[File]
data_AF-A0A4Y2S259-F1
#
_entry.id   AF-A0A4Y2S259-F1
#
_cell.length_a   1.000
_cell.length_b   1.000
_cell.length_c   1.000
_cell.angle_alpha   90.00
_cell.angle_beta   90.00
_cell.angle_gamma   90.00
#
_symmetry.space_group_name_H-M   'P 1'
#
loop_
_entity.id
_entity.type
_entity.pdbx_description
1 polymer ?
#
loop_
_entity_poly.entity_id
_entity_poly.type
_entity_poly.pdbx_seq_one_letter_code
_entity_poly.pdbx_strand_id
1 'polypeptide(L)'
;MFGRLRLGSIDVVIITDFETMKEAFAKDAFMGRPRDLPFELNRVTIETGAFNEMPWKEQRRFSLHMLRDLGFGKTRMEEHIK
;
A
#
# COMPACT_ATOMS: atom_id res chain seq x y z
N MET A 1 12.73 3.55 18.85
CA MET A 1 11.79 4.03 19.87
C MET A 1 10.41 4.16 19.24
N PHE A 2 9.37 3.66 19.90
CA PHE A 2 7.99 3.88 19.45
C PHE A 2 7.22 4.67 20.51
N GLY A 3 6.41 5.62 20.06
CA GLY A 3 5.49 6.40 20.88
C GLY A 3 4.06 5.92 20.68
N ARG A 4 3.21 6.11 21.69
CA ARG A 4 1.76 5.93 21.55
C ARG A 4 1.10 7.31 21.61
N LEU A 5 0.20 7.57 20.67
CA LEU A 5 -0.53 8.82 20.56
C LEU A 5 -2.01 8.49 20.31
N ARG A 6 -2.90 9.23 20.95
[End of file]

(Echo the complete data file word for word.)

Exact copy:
data_AF-A0A4Y2S259-F1
#
_entry.id   AF-A0A4Y2S259-F1
#
_cell.length_a   1.000
_cell.length_b   1.000
_cell.length_c   1.000
_cell.angle_alpha   90.00
_cell.angle_beta   90.00
_cell.angle_gamma   90.00
#
_symmetry.space_group_name_H-M   'P 1'
#
loop_
_entity.id
_entity.type
_entity.pdbx_description
1 polymer ?
#
loop_
_entity_poly.entity_id
_entity_poly.type
_entity_poly.pdbx_seq_one_letter_code
_entity_poly.pdbx_strand_id
1 'polypeptide(L)'
;MFGRLRLGSIDVVIITDFETMKEAFAKDAFMGRPRDLPFELNRVTIETGAFNEMPWKEQRRFSLHMLRDLGFGKTRMEEHIK
;
A
#
# COMPACT_ATOMS: atom_id res chain seq x y z
N MET A 1 12.73 3.55 18.85
CA MET A 1 11.79 4.03 19.87
C MET A 1 10.41 4.16 19.24
N PHE A 2 9.37 3.66 19.90
CA PHE A 2 7.99 3.88 19.45
C PHE A 2 7.22 4.67 20.51
N GLY A 3 6.41 5.62 20.06
CA GLY A 3 5.49 6.40 20.88
C GLY A 3 4.06 5.92 20.68
N ARG A 4 3.21 6.11 21.69
CA ARG A 4 1.76 5.93 21.55
C ARG A 4 1.10 7.31 21.61
N LEU A 5 0.20 7.57 20.67
CA LEU A 5 -0.53 8.82 20.56
C LEU A 5 -2.01 8.49 20.31
N ARG A 6 -2.90 9.23 20.95